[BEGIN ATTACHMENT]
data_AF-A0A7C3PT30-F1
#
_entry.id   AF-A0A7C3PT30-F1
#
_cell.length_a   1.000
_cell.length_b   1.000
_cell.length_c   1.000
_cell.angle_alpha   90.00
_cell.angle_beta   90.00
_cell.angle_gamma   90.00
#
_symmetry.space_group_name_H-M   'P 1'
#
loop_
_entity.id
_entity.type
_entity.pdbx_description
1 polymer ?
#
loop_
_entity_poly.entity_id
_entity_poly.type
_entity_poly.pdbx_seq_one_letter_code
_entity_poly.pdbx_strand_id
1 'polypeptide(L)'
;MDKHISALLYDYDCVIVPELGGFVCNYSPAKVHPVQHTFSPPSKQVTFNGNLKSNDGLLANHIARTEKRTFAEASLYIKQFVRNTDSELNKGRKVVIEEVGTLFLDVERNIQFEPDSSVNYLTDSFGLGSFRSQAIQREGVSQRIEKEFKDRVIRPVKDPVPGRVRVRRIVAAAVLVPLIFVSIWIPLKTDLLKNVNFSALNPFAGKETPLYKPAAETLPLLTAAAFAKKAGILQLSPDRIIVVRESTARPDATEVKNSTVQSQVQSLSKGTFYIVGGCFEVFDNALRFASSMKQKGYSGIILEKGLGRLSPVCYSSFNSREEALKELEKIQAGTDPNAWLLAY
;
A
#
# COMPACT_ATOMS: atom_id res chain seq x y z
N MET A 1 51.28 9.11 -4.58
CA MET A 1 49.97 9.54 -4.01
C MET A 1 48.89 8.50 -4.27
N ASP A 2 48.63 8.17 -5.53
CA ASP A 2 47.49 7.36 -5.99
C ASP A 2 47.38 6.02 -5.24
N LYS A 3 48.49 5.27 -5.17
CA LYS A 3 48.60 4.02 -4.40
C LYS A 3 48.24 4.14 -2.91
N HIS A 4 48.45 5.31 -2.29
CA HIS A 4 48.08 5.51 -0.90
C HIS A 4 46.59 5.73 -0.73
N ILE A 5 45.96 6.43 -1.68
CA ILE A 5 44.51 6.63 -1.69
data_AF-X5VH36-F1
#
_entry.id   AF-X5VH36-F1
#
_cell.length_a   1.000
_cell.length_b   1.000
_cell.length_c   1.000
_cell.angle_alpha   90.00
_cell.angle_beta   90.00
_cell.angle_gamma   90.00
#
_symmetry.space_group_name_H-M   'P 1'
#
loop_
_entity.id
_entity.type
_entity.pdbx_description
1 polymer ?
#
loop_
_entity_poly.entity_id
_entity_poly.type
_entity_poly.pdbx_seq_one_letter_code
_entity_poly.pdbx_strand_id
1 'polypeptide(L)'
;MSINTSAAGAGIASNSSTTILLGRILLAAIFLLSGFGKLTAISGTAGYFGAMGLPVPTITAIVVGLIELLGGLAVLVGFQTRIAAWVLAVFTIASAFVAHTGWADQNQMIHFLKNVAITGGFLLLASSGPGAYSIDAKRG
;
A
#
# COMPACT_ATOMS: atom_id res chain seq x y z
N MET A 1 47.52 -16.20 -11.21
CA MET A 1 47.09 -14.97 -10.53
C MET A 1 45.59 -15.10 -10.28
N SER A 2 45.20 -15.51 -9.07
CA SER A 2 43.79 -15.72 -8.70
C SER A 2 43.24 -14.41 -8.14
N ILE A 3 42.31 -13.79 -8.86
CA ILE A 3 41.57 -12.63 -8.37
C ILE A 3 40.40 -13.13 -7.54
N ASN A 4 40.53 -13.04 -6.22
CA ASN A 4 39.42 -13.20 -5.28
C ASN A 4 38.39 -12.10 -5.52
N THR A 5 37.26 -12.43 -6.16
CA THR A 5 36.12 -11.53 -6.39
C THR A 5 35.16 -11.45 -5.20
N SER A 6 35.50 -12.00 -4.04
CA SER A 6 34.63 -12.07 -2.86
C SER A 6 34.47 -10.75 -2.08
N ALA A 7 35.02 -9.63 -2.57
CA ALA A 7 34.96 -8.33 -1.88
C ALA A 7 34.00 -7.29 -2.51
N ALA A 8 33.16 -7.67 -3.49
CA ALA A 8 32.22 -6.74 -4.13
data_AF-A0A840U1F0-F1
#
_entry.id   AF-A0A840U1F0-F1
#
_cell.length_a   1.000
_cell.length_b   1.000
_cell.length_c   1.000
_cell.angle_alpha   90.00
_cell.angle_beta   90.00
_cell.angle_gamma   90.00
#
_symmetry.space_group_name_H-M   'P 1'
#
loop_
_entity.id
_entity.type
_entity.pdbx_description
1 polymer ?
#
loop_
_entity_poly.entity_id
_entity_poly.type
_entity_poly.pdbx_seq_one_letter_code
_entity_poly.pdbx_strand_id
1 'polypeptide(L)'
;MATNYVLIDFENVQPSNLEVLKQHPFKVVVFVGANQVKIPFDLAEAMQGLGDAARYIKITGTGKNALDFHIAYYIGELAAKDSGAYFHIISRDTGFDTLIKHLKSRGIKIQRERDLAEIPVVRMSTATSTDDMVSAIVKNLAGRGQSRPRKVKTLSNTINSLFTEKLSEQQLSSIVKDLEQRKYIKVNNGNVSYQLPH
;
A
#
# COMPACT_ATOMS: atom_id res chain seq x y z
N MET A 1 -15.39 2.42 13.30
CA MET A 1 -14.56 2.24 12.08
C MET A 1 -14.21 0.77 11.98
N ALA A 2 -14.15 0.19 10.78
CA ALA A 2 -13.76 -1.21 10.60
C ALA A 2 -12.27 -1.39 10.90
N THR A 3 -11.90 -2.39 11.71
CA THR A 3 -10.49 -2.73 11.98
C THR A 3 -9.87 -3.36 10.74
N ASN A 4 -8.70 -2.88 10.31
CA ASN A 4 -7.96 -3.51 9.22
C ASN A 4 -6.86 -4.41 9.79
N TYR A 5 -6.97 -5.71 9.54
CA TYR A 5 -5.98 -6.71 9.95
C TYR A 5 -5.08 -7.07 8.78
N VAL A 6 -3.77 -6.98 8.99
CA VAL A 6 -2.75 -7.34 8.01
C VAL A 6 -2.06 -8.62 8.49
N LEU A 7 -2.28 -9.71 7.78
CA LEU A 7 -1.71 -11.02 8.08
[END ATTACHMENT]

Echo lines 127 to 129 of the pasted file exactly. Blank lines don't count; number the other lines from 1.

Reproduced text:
# COMPACT_ATOMS: atom_id res chain seq x y z
N MET A 1 -15.39 2.42 13.30
CA MET A 1 -14.56 2.24 12.08